What does Unsecured Creditors mean?
An unsecured creditor is a lender or entity which a company or individual owes money for good or services, but the creditor does not have collateral or a claim to the assets of the borrower to secure the loan against default. Unsecured creditors also do not have the automatic legal right to repossess property if the debtor defaults and fails to repay their loan.
For this reason, unsecured creditors generally charge a higher interest rate when they loan money to compensate them for the risk. They do, however, under some conditions and in certain states, have the right to file lawsuits or sue to obtain access to accounts if the borrower fails to make payments. If the borrower files bankruptcy the unsecured creditor will not receive payment until secured creditors have been paid. A secured creditor, on the other hand, has property or assets serving as collateral for the debt.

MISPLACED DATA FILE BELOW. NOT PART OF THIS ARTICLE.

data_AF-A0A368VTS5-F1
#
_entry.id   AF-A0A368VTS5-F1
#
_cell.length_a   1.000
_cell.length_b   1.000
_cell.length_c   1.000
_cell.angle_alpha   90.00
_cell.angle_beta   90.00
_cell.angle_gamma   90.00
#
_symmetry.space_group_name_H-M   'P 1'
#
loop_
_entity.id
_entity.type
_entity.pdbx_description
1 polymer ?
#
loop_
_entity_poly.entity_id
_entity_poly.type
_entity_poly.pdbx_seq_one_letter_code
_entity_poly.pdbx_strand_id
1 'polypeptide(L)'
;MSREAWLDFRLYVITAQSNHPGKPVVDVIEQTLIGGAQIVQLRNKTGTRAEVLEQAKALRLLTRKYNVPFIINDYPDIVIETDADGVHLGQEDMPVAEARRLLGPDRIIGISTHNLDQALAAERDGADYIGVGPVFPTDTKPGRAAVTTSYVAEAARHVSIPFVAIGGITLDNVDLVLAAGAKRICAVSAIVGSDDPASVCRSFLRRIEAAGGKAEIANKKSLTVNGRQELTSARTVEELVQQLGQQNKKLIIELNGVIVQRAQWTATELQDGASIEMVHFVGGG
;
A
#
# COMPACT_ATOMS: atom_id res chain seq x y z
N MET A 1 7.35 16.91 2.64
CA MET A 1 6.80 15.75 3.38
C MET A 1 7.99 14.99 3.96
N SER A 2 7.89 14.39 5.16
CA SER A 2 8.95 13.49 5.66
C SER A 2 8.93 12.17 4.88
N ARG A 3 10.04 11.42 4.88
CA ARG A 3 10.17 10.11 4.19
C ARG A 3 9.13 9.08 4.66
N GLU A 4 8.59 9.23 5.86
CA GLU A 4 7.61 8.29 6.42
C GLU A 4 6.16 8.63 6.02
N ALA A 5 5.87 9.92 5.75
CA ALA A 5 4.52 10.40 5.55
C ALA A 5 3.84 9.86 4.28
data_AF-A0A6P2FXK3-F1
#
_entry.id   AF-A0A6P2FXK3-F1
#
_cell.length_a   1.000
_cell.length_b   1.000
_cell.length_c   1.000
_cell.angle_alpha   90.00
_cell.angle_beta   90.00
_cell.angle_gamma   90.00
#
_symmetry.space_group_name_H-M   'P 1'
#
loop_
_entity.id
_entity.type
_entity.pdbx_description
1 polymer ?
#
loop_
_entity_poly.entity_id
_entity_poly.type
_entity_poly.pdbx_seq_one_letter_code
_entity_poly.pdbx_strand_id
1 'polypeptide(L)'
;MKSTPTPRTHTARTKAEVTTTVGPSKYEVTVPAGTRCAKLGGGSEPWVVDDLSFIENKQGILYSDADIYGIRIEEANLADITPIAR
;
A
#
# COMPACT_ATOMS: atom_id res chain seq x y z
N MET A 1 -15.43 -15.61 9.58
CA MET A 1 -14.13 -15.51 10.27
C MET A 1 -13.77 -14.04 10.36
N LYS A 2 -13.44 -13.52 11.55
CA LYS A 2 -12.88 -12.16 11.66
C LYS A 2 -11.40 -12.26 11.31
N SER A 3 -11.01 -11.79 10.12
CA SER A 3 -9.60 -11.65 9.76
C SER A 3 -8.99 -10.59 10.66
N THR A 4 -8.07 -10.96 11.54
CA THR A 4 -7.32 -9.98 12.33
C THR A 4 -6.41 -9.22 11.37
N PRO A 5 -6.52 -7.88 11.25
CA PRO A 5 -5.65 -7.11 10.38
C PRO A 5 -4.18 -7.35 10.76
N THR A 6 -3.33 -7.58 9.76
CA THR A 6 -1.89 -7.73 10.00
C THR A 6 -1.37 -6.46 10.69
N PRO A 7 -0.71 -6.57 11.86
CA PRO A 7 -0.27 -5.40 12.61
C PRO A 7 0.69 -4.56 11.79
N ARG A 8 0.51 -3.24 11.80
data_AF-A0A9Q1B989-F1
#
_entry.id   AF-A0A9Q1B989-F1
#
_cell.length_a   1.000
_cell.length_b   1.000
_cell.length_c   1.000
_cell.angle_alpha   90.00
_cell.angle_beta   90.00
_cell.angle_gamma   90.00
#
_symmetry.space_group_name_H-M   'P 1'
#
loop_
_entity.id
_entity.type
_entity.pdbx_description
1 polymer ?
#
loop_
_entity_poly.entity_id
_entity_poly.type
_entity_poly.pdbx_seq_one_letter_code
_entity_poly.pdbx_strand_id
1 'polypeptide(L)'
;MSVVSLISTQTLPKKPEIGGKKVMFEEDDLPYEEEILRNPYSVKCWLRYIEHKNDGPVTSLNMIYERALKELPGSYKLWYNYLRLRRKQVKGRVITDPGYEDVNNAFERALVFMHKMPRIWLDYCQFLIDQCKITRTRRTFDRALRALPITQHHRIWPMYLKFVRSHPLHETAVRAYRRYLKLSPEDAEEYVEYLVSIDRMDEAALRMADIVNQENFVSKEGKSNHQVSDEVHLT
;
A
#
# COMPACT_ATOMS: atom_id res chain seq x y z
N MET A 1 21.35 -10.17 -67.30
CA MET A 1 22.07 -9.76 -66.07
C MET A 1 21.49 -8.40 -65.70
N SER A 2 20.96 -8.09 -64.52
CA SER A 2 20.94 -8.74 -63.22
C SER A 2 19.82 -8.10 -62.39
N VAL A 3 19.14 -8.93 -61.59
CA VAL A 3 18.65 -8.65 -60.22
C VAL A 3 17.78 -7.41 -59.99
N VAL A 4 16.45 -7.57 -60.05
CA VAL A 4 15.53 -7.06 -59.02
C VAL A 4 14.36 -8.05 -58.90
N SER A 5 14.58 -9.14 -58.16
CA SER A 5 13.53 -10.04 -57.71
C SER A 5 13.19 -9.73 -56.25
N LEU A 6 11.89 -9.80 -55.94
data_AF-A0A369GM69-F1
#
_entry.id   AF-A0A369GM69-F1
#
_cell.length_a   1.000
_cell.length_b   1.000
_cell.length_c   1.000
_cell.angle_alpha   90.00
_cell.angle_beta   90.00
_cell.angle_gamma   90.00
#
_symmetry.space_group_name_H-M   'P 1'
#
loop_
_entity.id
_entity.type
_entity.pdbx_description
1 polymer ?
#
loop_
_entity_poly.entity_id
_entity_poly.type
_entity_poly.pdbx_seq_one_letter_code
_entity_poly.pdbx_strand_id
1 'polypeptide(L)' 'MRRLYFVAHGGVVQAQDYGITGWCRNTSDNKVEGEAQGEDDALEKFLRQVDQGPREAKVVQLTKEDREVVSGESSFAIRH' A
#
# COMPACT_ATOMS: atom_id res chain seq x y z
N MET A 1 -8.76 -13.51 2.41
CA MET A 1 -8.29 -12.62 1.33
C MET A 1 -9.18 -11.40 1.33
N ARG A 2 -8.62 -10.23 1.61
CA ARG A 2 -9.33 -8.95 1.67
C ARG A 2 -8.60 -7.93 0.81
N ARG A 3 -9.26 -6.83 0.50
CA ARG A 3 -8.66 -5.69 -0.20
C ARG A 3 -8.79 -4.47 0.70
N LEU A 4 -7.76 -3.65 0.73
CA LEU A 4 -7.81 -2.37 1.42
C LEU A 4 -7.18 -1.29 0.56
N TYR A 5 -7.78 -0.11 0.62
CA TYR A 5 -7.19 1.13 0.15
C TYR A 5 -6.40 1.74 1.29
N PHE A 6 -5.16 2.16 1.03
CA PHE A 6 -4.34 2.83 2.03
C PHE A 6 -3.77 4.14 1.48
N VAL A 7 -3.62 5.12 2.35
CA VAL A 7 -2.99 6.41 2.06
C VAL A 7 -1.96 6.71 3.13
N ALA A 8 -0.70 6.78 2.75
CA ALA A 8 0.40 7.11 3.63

If the debtor fails to make payments, the creditor can take the property.
Common types of unsecured creditors include those providing credit cards, student loans, utility services, medical services, unsecured personal loans, unsecured lines of credit, and landlords (in states which do not allow landlord liens).
What Happens If You Don't Pay an Unsecured Debt?
Debtors who fail to make unsecured debt payments can have their payment delinquency reported to the credit agencies. They may also eventually have a lawsuit filed against them in court. In some states if the court awards a judgment against the debtor the unsecured creditor may be allowed to seize certain assets, garnish the debtor's wages or bank accounts, or force them to sell real property for repayment.
Some states do not allow certain unsecured creditors, such as a credit card company, to garnish the debtor's wages. Other states allow the wage garnishments but have imposed a wage garnishment limit.